Skip to content

Comprehensive Regional Planning

Delaware & Lehigh Trail | Photo by Thom Carroll

Comprehensive plans at the city, county, state and regional levels outline long-term community development goals and projects regarding transportation, utilities, land use, recreation and housing in a given region. Including language about trails in these plans is important for establishing continued support for trail systems. It can also help trail advocates leverage funding for the maintenance of existing trails and raise money to extend and connect fragmented trails. 

Wtihin a comprehensive plan, there are several different areas in which the impact and benefits of trails can be included. Some plans contain language aimed at supporting specific local trails, while others have broader language aimed at supporting trail networks. Each jurisdiction’s plan is structured differently, so determining the best place to incorporate trail language will require some knowledge about your region’s policies and current comprehensive plan. Each jurisdiction’s comprehensive plan is structured differently, so determining the best place to incorporate trail language will require some knowledge about your region’s policies and current comprehensive plan. 

In some parts of the country, regional plans will incorporate open space and greenways plans as stand-alone amendments to the comprehensive plans. These open space plans are usually detailed plans for future trails, including their expenses, locations, amenities, funding options and priorities. Most often, trail language is incorporated as part of another section within the comprehensive plan, such as transportation or parks. 

Some urban areas have also created separate “bike plans” for the region. These plans include existing and future trails for the area, as well as proposals for how to accommodate the growing number of cyclists and needs of the trail system. While multiuse trails like rail-trails should be included in relevant bike plans, it is important to keep in mind the wide variety of people and usages your trail may serve. 

When comprehensive plans include trails, it serves to demonstrate support for and awareness of trail projects at the state, local and/or regional levels. This support is critical for accessing state and federal funding; for some grant programs, demonstrating alignment with an adopted comprehensive plan is a requirement or an opportunity to strengthen the case for this kind of funding.  

Comprehensive plans will often have broad goals that address advancing regional priorities. If providing safe places for people to walk, bike and roll is of importance to your community, be sure to include such a goal in your comprehensive plan(s). While specific language in your comprehensive plans on priority trail projects is useful for demonstrating the community’s particular trail development goals, even broad language about the importance of safe places for active transportation will help bolster the rationale in grant applications.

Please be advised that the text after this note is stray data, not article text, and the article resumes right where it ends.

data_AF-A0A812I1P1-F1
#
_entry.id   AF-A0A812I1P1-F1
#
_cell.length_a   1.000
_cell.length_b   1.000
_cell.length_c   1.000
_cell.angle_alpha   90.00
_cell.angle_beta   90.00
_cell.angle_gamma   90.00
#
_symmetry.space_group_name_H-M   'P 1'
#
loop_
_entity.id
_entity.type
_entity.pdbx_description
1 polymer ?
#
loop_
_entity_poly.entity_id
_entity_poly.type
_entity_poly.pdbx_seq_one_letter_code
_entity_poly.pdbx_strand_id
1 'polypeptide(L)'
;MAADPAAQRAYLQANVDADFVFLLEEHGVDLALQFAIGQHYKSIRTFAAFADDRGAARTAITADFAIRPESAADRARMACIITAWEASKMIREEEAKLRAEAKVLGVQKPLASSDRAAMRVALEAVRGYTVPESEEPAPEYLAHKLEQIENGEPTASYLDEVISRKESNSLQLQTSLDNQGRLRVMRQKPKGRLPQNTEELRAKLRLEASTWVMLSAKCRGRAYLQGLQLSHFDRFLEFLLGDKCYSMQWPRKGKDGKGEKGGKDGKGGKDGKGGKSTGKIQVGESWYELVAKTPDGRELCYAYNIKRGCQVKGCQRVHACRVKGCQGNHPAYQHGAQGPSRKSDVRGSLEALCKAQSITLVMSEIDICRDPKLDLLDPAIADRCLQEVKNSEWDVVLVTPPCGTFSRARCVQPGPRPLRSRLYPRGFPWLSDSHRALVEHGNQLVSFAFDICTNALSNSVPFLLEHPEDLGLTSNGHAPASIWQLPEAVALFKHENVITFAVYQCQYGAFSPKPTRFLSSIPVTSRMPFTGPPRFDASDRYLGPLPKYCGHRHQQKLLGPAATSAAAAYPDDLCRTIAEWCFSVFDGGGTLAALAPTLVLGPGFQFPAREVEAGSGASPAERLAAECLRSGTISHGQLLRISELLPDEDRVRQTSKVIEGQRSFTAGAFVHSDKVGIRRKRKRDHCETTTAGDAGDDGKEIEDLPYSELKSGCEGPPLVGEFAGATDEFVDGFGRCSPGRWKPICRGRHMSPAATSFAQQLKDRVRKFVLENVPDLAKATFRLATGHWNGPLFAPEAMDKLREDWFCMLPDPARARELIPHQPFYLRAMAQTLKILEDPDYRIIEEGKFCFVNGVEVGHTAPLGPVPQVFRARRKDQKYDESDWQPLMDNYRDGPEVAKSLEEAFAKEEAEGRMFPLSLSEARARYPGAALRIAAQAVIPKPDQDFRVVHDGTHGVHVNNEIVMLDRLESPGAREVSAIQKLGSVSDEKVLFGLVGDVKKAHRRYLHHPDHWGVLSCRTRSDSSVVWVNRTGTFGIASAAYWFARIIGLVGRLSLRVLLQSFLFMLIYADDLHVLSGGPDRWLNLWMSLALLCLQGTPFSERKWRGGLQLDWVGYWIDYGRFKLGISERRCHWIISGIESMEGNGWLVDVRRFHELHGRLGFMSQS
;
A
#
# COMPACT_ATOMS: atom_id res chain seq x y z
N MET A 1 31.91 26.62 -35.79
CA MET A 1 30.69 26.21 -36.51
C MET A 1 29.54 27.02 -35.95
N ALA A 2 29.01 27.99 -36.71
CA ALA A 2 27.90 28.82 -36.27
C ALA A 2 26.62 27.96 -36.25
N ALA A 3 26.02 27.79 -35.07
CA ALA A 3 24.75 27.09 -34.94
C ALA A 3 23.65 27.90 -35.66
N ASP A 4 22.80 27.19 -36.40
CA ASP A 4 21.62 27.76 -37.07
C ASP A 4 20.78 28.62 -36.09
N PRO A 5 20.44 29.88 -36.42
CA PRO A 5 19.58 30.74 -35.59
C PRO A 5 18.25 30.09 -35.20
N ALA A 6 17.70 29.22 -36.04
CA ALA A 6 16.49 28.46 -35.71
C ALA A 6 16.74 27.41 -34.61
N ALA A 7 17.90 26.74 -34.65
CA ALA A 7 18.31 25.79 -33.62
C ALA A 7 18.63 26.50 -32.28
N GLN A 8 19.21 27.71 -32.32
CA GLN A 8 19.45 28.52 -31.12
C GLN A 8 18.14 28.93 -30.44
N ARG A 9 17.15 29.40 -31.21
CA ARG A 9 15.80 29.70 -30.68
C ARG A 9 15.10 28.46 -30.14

For example, Goal 15 in the Lincoln-Lancaster County (Nebraska) 2050 Comprehensive Plan addresses Transportation, stating, “Lincoln and Lancaster County will strive to achieve a safe, efficient, and sustainable transportation system that enhances the quality of life, livability, and economic vitality of the community.” The plan then includes a series of policies that address the goals laid out in the plan, including Policy 64 on Complete Streets, which says that the region will “plan, design, build, and maintain streets to provide travel mode choice and to accommodate people of all ages and abilities.” The plan continues with action steps that will help make these goals a reality, including to “enhance neighborhoods by adding safe and accessible connections to transit, multiuse trails, sidewalks and bicycle facilities.”  

Alone, Lincoln’s Transportation goal speaks to the need for trails in the region. Backed up with policies and action items, Lincoln puts itself in a good position to stress the importance of investment in trails and proves that it is a regional commitment.  

For more examples on how trail development is included in comprehensive plans, see below.

Examples of Comprehensive Regional Planning Documents that Include Trail Systems 

Washington County Comprehensive Plan (Pennsylvania) 

Washington County, Pennsylvania, incorporates a greenways plan as a stand-alone amendment to its county’s comprehensive plan. This plan outlines what greenways are and their benefits, an inventory of current trails, and a plan for future trail systems and how to implement them. Washington County also asserts its support for the development of trails on abandoned rail corridors within the plan. 

Bicycle Transportation Plan, Madison Area Transportation Planning Board (Wisconsin)

Greater Madison MPO (WI) Bicycle Transportation Plan map
Greater Madison MPO (WI) Bicycle Transportation Plan map